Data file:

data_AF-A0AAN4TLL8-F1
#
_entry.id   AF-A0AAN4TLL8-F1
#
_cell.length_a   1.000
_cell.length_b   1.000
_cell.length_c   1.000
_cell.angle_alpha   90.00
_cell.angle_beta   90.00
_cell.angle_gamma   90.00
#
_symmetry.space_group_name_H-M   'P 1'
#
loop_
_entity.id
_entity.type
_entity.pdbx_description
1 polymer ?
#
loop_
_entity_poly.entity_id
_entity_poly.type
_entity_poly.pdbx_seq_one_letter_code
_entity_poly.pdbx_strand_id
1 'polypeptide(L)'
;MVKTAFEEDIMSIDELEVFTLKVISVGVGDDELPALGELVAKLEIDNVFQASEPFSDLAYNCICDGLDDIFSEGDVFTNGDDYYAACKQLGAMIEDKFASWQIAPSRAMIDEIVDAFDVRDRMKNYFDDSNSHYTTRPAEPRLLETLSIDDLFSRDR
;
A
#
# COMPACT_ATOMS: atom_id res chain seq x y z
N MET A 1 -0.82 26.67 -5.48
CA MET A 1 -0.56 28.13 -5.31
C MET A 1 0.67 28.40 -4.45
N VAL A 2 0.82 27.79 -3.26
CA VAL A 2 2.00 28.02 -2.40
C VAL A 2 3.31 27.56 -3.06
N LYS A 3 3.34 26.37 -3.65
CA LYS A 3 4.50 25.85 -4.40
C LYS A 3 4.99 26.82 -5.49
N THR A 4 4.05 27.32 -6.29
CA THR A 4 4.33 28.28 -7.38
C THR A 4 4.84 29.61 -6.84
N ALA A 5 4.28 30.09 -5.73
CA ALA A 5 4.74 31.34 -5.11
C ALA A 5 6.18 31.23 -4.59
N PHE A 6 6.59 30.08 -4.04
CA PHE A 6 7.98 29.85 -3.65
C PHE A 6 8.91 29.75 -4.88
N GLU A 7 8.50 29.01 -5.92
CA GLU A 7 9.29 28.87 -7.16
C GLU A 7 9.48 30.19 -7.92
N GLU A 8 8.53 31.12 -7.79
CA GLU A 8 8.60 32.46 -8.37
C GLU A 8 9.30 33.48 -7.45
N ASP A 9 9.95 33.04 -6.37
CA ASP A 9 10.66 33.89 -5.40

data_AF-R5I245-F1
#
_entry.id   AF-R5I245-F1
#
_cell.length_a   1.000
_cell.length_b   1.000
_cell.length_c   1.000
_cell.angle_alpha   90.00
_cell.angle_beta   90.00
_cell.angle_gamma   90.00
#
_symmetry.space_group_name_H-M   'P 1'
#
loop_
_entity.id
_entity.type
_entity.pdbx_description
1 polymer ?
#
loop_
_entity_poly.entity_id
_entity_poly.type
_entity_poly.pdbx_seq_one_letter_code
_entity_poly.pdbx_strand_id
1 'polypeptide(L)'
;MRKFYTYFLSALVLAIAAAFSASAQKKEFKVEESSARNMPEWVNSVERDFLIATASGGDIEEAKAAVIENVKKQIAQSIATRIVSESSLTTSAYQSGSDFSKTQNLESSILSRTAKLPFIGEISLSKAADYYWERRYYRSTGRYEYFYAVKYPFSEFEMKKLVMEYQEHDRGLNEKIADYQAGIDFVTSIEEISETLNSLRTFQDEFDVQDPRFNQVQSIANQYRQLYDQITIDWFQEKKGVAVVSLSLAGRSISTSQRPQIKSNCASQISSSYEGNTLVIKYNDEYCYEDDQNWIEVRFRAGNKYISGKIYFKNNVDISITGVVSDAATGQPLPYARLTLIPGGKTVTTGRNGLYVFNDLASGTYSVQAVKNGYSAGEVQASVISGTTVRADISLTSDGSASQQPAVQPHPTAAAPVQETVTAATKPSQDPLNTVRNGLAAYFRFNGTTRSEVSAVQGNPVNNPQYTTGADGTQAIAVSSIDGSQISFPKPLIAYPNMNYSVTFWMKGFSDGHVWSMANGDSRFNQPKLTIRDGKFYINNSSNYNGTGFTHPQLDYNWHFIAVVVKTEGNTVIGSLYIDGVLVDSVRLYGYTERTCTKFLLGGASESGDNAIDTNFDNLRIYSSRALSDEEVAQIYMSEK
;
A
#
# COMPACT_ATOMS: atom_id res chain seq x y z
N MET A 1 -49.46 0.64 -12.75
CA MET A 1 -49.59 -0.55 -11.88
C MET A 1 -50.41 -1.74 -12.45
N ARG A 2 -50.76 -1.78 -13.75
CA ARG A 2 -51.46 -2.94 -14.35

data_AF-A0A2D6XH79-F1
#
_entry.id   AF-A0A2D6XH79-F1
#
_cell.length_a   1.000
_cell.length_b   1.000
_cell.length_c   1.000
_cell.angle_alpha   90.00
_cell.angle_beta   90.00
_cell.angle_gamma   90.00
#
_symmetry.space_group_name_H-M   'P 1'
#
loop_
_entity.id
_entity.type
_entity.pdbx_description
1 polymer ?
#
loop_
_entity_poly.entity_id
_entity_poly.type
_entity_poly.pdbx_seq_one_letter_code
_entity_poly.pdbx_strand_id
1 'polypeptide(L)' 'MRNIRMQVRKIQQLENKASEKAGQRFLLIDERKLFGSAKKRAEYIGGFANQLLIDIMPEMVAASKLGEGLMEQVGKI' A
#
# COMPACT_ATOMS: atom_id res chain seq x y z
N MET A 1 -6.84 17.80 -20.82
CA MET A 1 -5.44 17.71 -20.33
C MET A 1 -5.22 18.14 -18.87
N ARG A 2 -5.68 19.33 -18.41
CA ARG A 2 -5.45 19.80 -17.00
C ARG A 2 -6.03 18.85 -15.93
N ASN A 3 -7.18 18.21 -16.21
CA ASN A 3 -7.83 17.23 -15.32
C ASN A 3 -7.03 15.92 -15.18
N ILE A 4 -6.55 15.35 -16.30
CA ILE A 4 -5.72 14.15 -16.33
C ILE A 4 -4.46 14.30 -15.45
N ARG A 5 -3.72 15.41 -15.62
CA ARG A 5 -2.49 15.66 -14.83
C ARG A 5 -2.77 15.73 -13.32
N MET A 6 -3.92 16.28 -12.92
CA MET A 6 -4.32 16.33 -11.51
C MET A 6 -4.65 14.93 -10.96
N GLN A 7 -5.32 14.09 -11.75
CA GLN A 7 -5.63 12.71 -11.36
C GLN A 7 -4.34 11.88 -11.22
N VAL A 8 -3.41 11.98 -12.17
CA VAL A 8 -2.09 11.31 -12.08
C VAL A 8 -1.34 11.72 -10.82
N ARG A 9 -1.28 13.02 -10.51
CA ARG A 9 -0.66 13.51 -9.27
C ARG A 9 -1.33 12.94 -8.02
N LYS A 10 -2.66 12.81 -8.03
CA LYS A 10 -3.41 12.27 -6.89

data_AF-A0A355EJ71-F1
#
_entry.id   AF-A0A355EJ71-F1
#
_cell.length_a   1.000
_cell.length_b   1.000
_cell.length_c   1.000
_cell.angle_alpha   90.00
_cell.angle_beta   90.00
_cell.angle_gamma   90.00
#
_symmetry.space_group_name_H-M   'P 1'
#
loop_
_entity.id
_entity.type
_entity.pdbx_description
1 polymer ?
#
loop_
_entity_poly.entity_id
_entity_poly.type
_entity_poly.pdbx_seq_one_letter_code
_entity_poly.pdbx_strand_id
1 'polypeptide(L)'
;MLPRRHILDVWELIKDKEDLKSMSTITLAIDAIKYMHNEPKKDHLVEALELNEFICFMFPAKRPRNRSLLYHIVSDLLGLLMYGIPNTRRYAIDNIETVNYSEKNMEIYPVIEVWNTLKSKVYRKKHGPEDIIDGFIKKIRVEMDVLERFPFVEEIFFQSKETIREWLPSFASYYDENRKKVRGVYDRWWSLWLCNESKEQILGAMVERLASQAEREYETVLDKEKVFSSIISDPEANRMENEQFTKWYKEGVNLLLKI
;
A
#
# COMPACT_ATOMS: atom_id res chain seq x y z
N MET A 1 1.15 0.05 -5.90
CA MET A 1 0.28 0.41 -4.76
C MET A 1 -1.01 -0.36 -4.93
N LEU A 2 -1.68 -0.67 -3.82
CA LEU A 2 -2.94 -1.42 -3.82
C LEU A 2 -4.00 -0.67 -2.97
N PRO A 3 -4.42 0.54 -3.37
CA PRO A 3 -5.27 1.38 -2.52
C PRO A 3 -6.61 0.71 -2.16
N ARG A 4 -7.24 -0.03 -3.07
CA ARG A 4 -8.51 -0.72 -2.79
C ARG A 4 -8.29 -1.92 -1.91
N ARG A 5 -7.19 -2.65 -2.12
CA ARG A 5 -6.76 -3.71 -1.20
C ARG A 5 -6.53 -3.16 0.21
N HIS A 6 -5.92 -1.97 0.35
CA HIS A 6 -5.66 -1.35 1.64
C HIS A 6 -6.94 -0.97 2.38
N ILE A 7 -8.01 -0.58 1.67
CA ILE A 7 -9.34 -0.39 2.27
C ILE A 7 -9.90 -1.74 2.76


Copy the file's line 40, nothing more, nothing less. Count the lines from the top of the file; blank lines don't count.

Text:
N THR A 4 4.05 27.32 -6.29